Hyundai has come out with a more conventional body style for its latest Atos - this is the third generation - and it should result in wider sales of the Korean-designed (and Indian built) mini car - especially since pricing is highly competitive.
Although based on the same platform and drive train as sister company Kia's Picanto, the Hyundai Atos comes over as a more sophisticated vehicle, with slightly more interior space thanks to a more upright rear window, and a high standard of fit and finish.
At the same time styling follows much on the Getz theme, enabling a family resemblance that has to have a carry-over effect to the smaller car.
Stanley Anderson, Hyundai SA's general manager marketing, says the Atos will be targeted at both ends of the spectrum, from first-time buyers through to those looking for an economical car to see them through their retirement.
At the same time the car has not been skimped in terms of its specification, with air conditioning, power steering, front electric windows, a 54/50 split fold and tumble rear seat arrangement, boot spoiler complete with high level brake light, and central locking all standard.
What's more there's a four-speed automatic version to complement the standard 5-speed manual unit, as well as a cheaper auto version without air conditioning.
Styling is more traditional than the outgoing Atos, with three box styling and a neat front end.
The Getz-like grille is a fixed item separate from the bumper and its front riser, so in the event of an accident the bumper can move without damaging the grille.
The bumpers are designed to re-form at impact speeds of up to 4 km/h without showing any damage, while their rubber inserts are detachable and can easily be replaced if nicks and dents are encountered.
There's a rear window demister and wiper, and mud flaps all round.
Big polycarbonate lights are featured at the front, with "jewel-like" taillights at the back.
The rear tailgate is big and opens quite high - but not quite high enough for a normal male, who would have to bend slightly to load the car.
But loading is made easy by those flop-forward and tumble seats - the latter without removing the adjustable rear head restraints.
With the seats folded down, the new Atos offers an impressive 989 litres of cargo carrying space.
The Atos is still high and relatively narrow, like all Atos before it, but the proportions are such that this doesn't appear as pronounced as before.
You do notice when you get inside the car, however - two broad-shouldered men will sit in quite intimate comfort, although they won't have any problems with headroom, or legroom if the seats are pushed back.
At that point, however, the rear seat legroom diminishes somewhat.
But then, this was never designed as a commuter car for rugby prop forwards - instead it is more likely to carry one mother and her kids, or an older couple set for a visit to their grand-children.
In that role it proves superb. The power-assisted steering makes the car light to park but gives excellent on-road "feel", while the chunky styling assists parking no end - you can see all the car all the time.
On the road the 43.3 kW 1.1-litre engine impresses with its sprightliness and flexibility, and is much livelier than the 1-litre engine it replaces, while on the open road it is well able to conquer the national speed limit.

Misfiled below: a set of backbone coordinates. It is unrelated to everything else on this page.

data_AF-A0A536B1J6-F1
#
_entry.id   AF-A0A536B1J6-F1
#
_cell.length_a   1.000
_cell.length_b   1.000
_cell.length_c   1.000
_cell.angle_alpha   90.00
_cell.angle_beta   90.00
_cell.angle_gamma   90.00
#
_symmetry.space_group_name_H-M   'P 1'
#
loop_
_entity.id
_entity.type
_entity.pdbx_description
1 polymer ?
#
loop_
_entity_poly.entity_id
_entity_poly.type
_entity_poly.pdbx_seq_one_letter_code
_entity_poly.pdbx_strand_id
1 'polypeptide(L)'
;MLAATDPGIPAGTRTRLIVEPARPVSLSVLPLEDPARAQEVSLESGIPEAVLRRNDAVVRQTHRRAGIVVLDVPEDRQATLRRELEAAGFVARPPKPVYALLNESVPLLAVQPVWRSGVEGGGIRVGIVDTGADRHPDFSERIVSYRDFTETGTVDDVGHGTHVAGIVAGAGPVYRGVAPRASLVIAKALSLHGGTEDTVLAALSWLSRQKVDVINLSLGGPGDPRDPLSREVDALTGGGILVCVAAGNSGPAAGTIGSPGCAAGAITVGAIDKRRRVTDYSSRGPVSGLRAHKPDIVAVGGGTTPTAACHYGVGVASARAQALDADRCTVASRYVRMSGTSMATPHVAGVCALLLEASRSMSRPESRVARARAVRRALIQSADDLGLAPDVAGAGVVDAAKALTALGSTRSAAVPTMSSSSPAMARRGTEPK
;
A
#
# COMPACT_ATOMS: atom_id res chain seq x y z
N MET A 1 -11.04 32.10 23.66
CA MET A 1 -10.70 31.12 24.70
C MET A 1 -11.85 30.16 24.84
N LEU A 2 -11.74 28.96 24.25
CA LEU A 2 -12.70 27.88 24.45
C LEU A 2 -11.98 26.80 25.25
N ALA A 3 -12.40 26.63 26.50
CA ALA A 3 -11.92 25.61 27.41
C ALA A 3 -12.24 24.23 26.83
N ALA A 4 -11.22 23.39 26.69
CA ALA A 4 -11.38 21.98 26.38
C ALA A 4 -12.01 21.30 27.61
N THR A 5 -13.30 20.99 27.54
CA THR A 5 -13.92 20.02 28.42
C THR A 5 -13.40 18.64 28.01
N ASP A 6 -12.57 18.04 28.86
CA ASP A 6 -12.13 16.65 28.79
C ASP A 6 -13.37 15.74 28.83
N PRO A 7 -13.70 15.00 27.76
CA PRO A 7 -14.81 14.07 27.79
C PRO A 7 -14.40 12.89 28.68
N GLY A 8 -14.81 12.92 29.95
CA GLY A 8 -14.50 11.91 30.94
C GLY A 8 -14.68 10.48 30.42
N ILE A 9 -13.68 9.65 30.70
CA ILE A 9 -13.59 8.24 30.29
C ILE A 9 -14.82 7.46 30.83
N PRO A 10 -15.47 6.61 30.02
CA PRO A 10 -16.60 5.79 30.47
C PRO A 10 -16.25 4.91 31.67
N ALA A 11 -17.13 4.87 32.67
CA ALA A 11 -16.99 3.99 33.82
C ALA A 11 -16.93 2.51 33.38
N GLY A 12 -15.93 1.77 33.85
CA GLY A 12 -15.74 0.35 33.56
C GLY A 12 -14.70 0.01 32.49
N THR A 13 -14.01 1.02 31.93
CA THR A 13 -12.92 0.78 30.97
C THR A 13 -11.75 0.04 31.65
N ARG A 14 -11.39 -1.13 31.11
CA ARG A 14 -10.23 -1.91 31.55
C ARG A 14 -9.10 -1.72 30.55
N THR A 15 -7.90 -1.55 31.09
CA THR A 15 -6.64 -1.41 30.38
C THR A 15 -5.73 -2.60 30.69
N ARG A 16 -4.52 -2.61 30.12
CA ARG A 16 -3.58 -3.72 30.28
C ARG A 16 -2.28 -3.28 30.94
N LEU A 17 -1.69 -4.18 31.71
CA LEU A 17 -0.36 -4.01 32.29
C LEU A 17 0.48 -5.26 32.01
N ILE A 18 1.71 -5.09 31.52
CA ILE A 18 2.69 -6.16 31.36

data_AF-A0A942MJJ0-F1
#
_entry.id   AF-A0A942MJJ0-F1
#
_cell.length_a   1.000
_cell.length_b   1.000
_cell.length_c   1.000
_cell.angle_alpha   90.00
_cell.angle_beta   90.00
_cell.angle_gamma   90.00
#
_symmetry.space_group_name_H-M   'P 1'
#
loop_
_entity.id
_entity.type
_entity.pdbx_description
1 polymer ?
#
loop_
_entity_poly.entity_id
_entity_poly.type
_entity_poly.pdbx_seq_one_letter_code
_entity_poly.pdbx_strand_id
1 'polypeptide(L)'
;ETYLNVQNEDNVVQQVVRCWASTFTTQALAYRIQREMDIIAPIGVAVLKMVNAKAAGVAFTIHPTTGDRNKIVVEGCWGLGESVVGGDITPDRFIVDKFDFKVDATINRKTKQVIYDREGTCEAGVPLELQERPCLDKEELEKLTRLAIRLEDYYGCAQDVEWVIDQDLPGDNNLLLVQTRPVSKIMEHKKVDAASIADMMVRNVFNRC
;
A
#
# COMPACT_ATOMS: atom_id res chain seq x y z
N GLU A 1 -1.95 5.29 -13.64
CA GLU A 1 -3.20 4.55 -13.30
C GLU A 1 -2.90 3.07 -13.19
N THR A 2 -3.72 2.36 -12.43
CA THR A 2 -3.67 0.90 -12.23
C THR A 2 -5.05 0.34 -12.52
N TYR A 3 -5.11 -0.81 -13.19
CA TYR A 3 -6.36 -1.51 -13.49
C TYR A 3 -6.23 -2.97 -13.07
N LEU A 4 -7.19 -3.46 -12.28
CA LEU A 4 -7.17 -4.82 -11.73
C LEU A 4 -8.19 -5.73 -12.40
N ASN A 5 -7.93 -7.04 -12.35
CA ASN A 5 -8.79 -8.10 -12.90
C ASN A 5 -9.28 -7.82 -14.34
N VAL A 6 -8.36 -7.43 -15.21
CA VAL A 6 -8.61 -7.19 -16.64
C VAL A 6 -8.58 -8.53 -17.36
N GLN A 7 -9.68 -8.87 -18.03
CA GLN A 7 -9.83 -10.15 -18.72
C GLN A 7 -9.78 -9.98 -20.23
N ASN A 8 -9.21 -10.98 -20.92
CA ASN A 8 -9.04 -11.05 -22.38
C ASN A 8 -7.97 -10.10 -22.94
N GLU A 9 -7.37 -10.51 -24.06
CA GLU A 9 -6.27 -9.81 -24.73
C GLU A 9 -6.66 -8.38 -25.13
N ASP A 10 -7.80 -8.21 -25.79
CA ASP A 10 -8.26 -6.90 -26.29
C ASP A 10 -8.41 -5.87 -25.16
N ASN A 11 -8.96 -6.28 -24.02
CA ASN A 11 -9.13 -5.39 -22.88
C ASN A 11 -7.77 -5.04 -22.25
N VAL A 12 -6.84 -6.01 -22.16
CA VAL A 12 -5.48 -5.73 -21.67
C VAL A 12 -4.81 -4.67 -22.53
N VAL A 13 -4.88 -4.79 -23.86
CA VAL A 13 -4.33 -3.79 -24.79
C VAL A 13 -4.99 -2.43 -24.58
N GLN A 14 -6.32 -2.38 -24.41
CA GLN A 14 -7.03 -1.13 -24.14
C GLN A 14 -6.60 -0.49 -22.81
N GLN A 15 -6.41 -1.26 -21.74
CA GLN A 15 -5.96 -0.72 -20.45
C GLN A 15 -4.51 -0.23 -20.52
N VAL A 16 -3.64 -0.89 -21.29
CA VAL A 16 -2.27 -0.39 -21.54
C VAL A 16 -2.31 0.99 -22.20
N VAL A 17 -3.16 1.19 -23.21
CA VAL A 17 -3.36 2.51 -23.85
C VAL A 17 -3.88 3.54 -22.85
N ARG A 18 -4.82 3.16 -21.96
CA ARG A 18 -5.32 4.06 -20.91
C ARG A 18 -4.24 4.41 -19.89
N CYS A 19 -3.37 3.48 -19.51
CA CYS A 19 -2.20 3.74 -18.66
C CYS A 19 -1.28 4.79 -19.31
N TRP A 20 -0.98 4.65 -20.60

However, the engine is a trifle noisy at full tilt - although that may well be a feature of the almost total lack of wind noise, exceptional in a vehicle of this class, and spoiled only by a whisper (becoming a howl at high speeds) from the mirrors.
Handling, again not a vitally important issue for this market segment, offers a safe and reliable setup that sees mild understeer at highish speeds, and an element of body roll that will probably be enough to deter its target market from doing anything silly.
Ride quality, is good, and the brakes, with ventilated discs up front and self-adjusting brakes at the back, well up to the job, thanks to MacPherson strut front suspension and a torsion beam rear axle.
The car comes standard with 5J x 13 steel wheels, shod with 155/70 R13 tyres.
Inside the car one is impressed by the smart styling. The dashboard is well-finished and modern, with the instrument panel recessed in front of the driver, and containing a large speedo flanked by fuel and temperature gauges, plus the requisite "idiot" warning lights.
There's a digital clock, and the two outside mirrors can be adjusted from inside the car, albeit manually.
There's a proper flop-down glovebox, plus map pockets in both doors and behind both front seats, as well as cupholders front and rear.
The front seats are comfortable and quite form-fitting, with fore-aft and recline adjustment.
Those in the back will find the rear seat squabs are quite deep, giving better-than-expected thigh support, and all seats are designed to protect passengers from sliding forward (provided they're wearing their seatbelts) in an accident.
Three seat belts are fitted in the rear and two in front, the latter with height adjustment.
The new Atos comes with the latest in safety features, including side impact beams, and crumple zones in the front which also force the engine under the car and away from the passengers in a serious accident.
For those who like detail the Atos has a 12-valve 1 086 cc four cylinder inline power plant which delivers 43.3 kW at 5 500 r/min and 89.1 Nm of torque at 3 000 r/min.
The engine management system (EMS) includes a self-diagnostic function for simplified repair and maintenance. Fuel tank capacity is 35 litres.
The Atos is introduced with a standard 3 year/100 000 km manufacturer warranty. Service intervals are 15 000 km, and a maintenance plan is optional.
A built-in radio/front loader CD costs R1 750 extra, while alloy wheels are R2 000.